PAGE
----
Optical brain imaging reveals general auditory and language-specific processing in early infant development.

Published

Journal Article

This study uses near-infrared spectroscopy in young infants in order to elucidate the nature of functional cerebral processing for speech. Previous imaging studies of infants' speech perception revealed left-lateralized responses to native language. However, it is unclear if these activations were due to language per se rather than to some low-level acoustic correlate of spoken language. Here we compare native (L1) and non-native (L2) languages with 3 different nonspeech conditions including emotional voices, monkey calls, and phase scrambled sounds that provide more stringent controls. Hemodynamic responses to these stimuli were measured in the temporal areas of Japanese 4 month-olds. The results show clear left-lateralized responses to speech, prominently to L1, as opposed to various activation patterns in the nonspeech conditions. Furthermore, implementing a new analysis method designed for infants, we discovered a slower hemodynamic time course in awake infants. Our results are largely explained by signal-driven auditory processing. However, stronger activations to L1 than to L2 indicate a language-specific neural factor that modulates these responses. This study is the first to discover a significantly higher sensitivity to L1 in 4 month-olds and reveals a neural precursor of the functional specialization for the higher cognitive network.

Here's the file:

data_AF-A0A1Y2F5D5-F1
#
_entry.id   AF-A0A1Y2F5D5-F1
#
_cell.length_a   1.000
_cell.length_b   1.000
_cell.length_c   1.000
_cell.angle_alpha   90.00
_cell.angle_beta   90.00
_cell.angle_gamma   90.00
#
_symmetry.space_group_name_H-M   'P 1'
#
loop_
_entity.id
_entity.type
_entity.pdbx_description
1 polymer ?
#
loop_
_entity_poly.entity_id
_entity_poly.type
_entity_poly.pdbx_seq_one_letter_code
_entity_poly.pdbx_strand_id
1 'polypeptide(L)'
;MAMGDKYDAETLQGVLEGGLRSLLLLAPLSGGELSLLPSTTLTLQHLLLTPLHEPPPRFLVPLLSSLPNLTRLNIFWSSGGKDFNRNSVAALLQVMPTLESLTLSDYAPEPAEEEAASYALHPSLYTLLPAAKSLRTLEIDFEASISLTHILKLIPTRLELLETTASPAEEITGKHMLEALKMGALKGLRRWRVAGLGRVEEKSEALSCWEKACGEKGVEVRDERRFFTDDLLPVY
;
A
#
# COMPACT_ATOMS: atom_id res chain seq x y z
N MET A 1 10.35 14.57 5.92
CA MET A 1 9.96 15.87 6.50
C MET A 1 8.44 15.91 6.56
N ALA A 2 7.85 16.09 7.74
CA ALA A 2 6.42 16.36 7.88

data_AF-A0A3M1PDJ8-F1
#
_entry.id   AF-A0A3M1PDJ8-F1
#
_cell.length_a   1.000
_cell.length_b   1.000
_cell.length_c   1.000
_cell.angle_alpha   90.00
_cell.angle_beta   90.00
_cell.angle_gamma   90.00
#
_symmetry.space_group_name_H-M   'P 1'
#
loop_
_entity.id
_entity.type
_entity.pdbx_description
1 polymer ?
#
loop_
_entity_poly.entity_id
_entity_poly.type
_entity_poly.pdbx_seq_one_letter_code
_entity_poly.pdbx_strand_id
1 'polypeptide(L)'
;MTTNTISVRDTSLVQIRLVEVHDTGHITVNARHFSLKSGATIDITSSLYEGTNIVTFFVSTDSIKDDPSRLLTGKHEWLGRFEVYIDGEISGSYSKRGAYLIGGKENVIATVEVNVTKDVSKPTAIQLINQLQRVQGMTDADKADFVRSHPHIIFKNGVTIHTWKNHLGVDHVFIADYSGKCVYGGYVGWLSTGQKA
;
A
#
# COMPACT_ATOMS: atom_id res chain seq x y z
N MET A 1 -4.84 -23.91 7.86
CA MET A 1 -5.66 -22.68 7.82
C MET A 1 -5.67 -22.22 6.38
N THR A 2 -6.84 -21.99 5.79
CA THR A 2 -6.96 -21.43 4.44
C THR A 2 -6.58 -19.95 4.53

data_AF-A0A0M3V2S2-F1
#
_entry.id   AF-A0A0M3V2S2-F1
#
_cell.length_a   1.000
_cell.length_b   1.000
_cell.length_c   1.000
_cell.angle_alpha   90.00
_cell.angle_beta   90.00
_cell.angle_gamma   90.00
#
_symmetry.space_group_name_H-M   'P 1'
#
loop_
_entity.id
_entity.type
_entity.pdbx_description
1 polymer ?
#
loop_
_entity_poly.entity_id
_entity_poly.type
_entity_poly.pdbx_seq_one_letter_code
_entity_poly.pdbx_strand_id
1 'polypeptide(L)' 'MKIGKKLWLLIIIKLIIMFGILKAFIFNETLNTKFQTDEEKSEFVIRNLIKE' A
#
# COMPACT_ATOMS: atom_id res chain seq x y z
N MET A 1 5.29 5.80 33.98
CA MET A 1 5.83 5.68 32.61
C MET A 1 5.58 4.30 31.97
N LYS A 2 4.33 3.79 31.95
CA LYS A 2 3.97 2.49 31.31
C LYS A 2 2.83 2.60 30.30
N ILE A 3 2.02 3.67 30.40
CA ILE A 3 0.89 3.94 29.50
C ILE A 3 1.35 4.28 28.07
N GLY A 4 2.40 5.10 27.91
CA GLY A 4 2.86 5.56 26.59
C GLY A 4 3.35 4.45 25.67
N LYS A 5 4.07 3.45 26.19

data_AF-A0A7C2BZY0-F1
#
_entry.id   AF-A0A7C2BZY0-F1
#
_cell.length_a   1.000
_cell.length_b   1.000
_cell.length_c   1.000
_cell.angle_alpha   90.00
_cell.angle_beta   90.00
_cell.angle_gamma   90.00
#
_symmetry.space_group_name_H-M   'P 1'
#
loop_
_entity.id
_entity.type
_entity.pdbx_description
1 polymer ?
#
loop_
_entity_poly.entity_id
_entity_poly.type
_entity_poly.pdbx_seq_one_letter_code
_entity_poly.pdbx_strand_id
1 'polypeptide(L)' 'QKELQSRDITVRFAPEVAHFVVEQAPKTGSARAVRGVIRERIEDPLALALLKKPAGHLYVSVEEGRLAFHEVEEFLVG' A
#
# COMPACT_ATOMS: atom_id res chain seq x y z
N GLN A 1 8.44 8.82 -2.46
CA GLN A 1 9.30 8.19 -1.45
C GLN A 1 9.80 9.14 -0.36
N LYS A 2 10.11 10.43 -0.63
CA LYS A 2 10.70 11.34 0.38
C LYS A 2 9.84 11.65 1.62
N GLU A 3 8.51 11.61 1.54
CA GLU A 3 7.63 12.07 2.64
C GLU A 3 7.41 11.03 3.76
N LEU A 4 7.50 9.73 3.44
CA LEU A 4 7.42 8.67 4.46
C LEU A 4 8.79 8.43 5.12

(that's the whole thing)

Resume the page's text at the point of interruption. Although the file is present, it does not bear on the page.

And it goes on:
Full Text

Duke Authors

Cited Authors

  • Minagawa-Kawai, Y; van der Lely, H; Ramus, F; Sato, Y; Mazuka, R; Dupoux, E

Published Date

  • February 2011

Published In

Volume / Issue

  • 21 / 2

Start / End Page

  • 254 - 261

PubMed ID

  • 20497946

Pubmed Central ID

  • 20497946

Electronic International Standard Serial Number (EISSN)

  • 1460-2199

International Standard Serial Number (ISSN)

  • 1047-3211

Digital Object Identifier (DOI)

  • 10.1093/cercor/bhq082

Language

  • eng